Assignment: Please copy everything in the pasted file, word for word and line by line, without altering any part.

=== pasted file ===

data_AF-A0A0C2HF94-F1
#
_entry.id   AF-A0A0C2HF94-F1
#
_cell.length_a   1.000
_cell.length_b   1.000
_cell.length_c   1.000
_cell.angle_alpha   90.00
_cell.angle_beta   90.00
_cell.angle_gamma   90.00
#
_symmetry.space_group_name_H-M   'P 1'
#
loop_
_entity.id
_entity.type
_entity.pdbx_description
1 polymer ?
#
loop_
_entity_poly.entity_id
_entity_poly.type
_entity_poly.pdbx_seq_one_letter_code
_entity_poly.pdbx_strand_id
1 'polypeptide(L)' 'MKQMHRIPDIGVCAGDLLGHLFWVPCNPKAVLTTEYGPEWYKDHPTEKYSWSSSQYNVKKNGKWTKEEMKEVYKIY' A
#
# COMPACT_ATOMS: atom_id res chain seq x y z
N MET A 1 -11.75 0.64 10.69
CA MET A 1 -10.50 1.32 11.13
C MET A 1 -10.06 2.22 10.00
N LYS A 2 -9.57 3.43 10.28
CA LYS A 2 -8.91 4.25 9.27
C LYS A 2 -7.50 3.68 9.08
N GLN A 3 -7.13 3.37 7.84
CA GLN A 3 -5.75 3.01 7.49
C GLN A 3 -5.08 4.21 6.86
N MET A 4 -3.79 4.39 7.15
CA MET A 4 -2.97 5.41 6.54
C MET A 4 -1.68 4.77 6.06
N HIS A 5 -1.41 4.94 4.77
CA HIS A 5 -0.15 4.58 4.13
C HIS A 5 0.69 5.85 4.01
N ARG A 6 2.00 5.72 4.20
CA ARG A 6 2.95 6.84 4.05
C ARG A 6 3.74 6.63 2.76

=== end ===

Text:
data_AF-A0A0C2HF94-F1
#
_entry.id   AF-A0A0C2HF94-F1
#
_cell.length_a   1.000
_cell.length_b   1.000
_cell.length_c   1.000
_cell.angle_alpha   90.00
_cell.angle_beta   90.00
_cell.angle_gamma   90.00
#
_symmetry.space_group_name_H-M   'P 1'
#
loop_
_entity.id
_entity.type
_entity.pdbx_description
1 polymer ?
#
loop_
_entity_poly.entity_id
_entity_poly.type
_entity_poly.pdbx_seq_one_letter_code
_entity_poly.pdbx_strand_id
1 'polypeptide(L)' 'MKQMHRIPDIGVCAGDLLGHLFWVPCNPKAVLTTEYGPEWYKDHPTEKYSWSSSQYNVKKNGKWTKEEMKEVYKIY' A
#
# COMPACT_ATOMS: atom_id res chain seq x y z
N MET A 1 -11.75 0.64 10.69
CA MET A 1 -10.50 1.32 11.13
C MET A 1 -10.06 2.22 10.00
N LYS A 2 -9.57 3.43 10.28
CA LYS A 2 -8.91 4.25 9.27
C LYS A 2 -7.50 3.68 9.08
N GLN A 3 -7.13 3.37 7.84
CA GLN A 3 -5.75 3.01 7.49
C GLN A 3 -5.08 4.21 6.86
N MET A 4 -3.79 4.39 7.15
CA MET A 4 -2.97 5.41 6.54
C MET A 4 -1.68 4.77 6.06
N HIS A 5 -1.41 4.94 4.77
CA HIS A 5 -0.15 4.58 4.13
C HIS A 5 0.69 5.85 4.01
N ARG A 6 2.00 5.72 4.20
CA ARG A 6 2.95 6.84 4.05
C ARG A 6 3.74 6.63 2.76